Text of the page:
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It even overshadows how cliché it is for Peter Quinn and his marine sidekick to kill six or so terrorists with perfect aim, but merely graze Haqqani when the shot mattered most. But this is mostly a quibble as the four hours later interlude does an excellent job of earning the broadness of its nightmare scope.

I often compare Homeland to 24 these days, but never do I recall watching Jack Bauer spend what seems like a psychological eternity wallowing in the death of an agent, brought home by the ever so reliable (and possibly Fara-smitten) Max. Nor, did Jack ever make that difficult call to the agent’s family the way that Carrie called Fara’s father, a man who never wanted her to be in the CIA.

This was a superb hour of Homeland and could have ended there. We especially might have been spared the Boyd nonsense, because suicide or no suicide, the State Department will not keep the wife of a known traitor (even if it’s “swept under the rug”) on as an active diplomat. Martha Boyd and Lockhart’s careers are over. And Dennis Boyd, if he could have done one nice thing, would have hanged himself and freed us all of his stupidity.

Still, I am shocked that Martha or anybody else in the episode remarked on Dennis’ admission last week: he was working for Nasneem Qureshi. ISI clearly declared open season on the CIA and all other Americans with tonight’s Homeland; there is no way that the CIA (Peter Quinn or otherwise) wouldn’t be paying her a visit off the books. Call it a professional courtesy.

Perhaps that will come up later, but the focus is currently on finding Haqqani, which is all the more remarkable since the U.S. is pulling out of Pakistan after this episode. In many ways, this season’s Homeland in fact feels like an indictment of the duplicitous and underhanded communications between the U.S. and Pakistan. The ISI (not to public knowledge) has ever been so brazenly in bed with the Taliban, al-Qaeda, or other organizations in the tribal area when it comes to pulling off international incidents of terror on U.S. citizens. But the tone of the season seems to suggest that at least now all the cards are on the table. Finally, the show seems to say, Peter Quinn can treat ISI agents with the kind of TLC usually reserved for those poor bastards that disappear down CIA black sites never to be heard from again.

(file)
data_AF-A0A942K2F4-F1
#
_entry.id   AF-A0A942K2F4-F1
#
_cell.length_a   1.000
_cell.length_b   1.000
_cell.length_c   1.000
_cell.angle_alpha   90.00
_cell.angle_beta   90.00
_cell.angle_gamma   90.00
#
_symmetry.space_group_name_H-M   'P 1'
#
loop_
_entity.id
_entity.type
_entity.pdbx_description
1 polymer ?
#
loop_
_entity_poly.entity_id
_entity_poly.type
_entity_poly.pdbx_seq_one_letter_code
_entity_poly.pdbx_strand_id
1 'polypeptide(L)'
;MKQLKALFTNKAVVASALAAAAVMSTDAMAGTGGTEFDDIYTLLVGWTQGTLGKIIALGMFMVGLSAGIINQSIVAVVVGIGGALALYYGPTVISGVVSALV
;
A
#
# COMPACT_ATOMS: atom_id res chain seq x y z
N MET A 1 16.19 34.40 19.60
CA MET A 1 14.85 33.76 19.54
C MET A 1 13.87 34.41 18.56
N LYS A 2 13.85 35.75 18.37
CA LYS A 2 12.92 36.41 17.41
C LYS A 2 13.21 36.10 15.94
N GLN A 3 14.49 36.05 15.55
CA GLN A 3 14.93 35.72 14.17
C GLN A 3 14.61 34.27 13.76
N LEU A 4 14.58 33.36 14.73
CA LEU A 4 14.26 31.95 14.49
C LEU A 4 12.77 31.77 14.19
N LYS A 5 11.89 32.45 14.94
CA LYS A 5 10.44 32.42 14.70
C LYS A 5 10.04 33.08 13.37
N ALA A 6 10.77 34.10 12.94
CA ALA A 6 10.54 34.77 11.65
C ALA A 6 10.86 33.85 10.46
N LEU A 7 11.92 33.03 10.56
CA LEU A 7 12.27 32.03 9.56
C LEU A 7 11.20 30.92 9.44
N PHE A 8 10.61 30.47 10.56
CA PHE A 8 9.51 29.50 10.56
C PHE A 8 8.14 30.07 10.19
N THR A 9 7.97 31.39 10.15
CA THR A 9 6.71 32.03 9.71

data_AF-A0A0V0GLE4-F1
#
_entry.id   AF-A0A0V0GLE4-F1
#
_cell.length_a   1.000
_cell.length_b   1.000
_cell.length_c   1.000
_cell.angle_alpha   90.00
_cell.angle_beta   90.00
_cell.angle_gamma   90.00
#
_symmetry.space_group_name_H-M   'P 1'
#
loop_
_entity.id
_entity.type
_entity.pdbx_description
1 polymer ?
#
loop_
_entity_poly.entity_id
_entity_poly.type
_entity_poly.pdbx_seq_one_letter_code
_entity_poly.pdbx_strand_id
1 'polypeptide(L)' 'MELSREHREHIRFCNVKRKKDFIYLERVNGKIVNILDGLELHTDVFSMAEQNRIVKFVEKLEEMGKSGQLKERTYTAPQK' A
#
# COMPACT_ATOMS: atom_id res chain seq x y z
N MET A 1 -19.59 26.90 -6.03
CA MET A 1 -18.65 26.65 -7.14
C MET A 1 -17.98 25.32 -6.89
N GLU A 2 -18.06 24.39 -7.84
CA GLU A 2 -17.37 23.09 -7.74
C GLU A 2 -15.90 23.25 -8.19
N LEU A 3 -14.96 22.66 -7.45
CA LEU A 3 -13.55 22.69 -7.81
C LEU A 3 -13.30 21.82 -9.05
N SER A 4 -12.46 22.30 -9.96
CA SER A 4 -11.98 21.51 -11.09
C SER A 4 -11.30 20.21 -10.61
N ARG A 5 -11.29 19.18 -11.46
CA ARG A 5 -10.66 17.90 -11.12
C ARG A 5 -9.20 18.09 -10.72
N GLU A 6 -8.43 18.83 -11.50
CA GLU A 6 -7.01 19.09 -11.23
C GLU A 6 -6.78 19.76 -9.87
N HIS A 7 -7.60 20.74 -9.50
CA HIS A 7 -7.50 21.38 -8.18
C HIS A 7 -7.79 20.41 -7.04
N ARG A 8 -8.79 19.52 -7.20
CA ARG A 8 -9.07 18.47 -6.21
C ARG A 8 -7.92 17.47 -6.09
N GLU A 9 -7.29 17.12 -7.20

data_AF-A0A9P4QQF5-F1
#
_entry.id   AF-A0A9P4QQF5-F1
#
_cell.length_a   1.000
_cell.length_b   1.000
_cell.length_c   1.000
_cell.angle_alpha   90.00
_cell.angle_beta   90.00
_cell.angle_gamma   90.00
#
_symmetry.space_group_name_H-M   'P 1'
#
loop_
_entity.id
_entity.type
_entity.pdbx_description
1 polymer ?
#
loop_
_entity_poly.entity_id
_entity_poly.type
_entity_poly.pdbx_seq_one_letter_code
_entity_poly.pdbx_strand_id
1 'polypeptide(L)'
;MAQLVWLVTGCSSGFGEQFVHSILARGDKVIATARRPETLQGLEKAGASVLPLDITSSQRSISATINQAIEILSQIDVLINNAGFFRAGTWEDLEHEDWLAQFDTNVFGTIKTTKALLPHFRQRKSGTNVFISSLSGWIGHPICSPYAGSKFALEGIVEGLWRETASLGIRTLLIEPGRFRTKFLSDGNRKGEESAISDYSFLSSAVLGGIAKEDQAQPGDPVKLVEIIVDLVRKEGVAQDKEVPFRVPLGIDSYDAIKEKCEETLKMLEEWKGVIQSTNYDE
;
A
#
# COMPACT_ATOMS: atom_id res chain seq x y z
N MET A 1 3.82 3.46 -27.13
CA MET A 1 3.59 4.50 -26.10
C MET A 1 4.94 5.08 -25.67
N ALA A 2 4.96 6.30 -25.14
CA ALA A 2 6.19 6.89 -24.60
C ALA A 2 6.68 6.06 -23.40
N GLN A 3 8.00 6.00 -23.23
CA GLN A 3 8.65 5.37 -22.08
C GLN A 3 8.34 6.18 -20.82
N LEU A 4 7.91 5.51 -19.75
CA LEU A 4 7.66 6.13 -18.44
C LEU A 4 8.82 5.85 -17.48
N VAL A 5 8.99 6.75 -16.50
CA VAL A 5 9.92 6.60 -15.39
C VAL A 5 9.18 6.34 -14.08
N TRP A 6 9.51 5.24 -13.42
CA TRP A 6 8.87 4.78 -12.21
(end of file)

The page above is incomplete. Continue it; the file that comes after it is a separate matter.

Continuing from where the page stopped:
…And we’re rooting for it? I kind of am as I’m watching the episode. I also simultaneously realize that Peter Quinn’s “interviewing” tools are just as grisly as the aforementioned Mr. Bauer. Homeland is going to a dark (and potentially absurd) place, but I’m hooked to see where that rabbit hole takes us in this continually darkening shadow world. This includes whether Carrie will really become the voice of caution to Peter Quinn from this point forward, as she agreed with the political decision to abandon Islamabad. I never saw Carrie as one to make the careful or even rational decision when it comes to getting the job done, and revenge is a hell of a job.

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But given the rest of Homeland’s slightly more nuanced subtext, can bloody vengeance solve this problem? It will at least make sure Haqqani doesn’t attack any more embassies. That is something I am actively rooting to see next week or the week after. So Homeland, you finally have your hooks (and whatever else Quinn uses in that black site) back into me. Of course, how Carrie is going to still be working at the CIA when her career should be as in tatters as Lockhart’s after tonight’s FUBAR is anybody’s guess….

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4 out of 5